Pneumococcal Infection – Low Awareness as a Potential Barrier to Vaccination: Results of a European Survey

Adv Ther 2013;30:387–405.

Lode H, Ludwig E, Kassianos G.



Introduction: Elderly people and adults with chronic disease or compromised immune status are at increased risk of pneumococcal infection, with pneumonia being the most common serious presentation and a significant cause of morbidity and mortality. Most European countries have recommendations for pneumococcal vaccination but vaccination rates have remained low. In the present article, the authors present the results of a European survey that investigated the current level of awareness of pneumococcal infection among primary care physicians and specialists, and attitudes to vaccination in these physicians and members of the general public aged >50 years. Methods: Primary care physicians (n = 1,300) and specialists (n = 926) from 13 Western European countries participated in online/face-to-face interviews, and a further 6,534 individuals aged >50 years from a population sample reflecting local socio-demographic structure participated in telephone/face-to-face interviews. Results: Pneumonia was the most well-known of the pneumococcal infections amongst primary care physicians and specialists. However, there was a relatively low awareness of the term invasive pneumococcal disease (IPD), with only 50% of primary care physicians and 71% of specialists reporting knowledge of the term IPD. Key factors influencing a physician’s decision to prescribe pneumococcal vaccination were the patient’s health condition, recommendations from health authorities, and the tolerability of the vaccine. Perceptions regarding vaccination were good amongst the members of the general public; individuals did not fear vaccines or their side effects. The main drivers for vaccination were recommendations from a healthcare professional and, to a lesser extent, that vaccination provides reassurance against contracting a disease. Conclusion: These findings highlight the low awareness of the term IPD in comparison with individual pneumococcal conditions. Given the importance of physician recommendations in encouraging patients to be vaccinated, primary care physicians need to be vigilant of patients at risk of pneumococcal infections in order to increase vaccination rates.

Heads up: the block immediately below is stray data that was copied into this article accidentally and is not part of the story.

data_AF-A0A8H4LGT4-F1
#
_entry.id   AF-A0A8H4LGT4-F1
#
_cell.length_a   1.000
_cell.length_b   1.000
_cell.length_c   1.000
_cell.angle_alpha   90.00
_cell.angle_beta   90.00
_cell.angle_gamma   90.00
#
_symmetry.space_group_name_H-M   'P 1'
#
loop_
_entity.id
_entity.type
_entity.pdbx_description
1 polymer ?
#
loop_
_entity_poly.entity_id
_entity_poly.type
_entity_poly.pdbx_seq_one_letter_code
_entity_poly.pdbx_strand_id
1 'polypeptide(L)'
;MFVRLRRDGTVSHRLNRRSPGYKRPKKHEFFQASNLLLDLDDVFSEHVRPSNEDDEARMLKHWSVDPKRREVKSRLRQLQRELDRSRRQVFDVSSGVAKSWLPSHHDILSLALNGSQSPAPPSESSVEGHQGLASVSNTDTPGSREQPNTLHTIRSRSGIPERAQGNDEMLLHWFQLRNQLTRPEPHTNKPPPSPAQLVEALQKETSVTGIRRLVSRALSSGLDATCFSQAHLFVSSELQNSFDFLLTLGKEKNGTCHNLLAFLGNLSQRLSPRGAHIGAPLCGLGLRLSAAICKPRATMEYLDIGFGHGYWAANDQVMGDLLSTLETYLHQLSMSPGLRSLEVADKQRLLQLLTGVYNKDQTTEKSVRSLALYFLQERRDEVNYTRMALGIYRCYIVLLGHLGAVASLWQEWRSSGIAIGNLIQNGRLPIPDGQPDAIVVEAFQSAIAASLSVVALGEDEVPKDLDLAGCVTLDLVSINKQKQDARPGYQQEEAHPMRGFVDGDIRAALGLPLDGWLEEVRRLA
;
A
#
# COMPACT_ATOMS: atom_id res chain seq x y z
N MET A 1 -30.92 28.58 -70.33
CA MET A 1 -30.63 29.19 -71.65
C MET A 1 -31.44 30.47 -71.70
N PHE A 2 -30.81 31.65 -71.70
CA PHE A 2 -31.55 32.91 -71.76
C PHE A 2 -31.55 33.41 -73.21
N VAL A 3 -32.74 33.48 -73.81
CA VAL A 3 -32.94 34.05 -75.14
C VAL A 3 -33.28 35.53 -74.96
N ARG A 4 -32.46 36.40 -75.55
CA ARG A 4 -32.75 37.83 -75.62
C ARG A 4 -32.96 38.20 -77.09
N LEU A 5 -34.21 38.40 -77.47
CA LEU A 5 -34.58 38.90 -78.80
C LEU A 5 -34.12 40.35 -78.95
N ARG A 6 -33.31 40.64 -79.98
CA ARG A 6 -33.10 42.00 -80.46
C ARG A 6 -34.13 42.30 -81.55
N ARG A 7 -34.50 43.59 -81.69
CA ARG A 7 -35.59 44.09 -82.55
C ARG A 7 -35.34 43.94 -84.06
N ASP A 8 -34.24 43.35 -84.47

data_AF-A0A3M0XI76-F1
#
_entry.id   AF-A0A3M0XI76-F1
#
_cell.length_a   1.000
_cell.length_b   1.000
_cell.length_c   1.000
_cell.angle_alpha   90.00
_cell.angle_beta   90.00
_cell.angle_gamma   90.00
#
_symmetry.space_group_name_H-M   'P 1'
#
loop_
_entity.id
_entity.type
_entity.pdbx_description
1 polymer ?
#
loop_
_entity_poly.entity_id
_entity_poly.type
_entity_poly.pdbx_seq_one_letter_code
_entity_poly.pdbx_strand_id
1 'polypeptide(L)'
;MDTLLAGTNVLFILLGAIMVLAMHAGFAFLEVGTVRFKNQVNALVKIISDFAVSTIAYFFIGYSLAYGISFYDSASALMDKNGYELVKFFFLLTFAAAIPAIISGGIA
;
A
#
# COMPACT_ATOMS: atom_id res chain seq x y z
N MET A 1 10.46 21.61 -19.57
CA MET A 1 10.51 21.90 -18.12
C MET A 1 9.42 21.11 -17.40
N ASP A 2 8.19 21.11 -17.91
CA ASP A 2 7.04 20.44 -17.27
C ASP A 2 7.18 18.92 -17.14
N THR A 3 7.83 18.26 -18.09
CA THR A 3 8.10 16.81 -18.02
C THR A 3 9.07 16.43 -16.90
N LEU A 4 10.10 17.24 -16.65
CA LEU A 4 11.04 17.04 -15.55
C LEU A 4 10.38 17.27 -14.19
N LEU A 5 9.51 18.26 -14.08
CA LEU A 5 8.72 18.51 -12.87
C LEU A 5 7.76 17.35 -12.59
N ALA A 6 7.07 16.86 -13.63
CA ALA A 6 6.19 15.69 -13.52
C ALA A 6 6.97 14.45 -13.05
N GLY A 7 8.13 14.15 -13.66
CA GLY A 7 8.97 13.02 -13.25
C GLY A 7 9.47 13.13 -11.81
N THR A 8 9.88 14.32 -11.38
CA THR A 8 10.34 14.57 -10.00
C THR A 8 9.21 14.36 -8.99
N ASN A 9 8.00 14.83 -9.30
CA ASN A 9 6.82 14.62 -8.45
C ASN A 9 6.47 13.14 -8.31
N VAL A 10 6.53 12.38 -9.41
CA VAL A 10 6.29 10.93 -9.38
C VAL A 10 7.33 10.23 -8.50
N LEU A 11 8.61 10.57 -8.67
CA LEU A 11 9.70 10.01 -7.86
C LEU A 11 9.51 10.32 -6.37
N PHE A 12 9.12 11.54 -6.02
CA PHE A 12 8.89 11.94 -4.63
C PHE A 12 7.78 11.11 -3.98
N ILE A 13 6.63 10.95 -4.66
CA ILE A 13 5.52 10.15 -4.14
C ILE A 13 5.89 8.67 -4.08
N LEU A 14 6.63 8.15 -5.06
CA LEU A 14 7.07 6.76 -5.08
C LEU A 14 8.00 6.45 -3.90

Pneumococcal disease is a broad term for infections caused by the Streptococcus pneumoniae bacterium. Pneumococcal diseases vary in severity from mild diseases, such as middle-ear infection (acute otitis media), to more serious diseases, such as pneumonia and meningitis. In the more serious cases the bacterium is found in the blood or the membranes surrounding the brain and spinal cord (meninges) and these pneumococcal infections are classified as ‘invasive pneumococcal disease’.

Elderly adults and adults with chronic diseases or immunodeficiency are most likely to be affected by pneumococcal disease. Two types of vaccine are available in Europe to protect adults against contracting the disease (23-valent purified capsular polysaccharide vaccine [PPV-23] and 13-valent pneumococcal conjugate vaccine [PCV-13]); however the rate of vaccination varies considerably from country to country.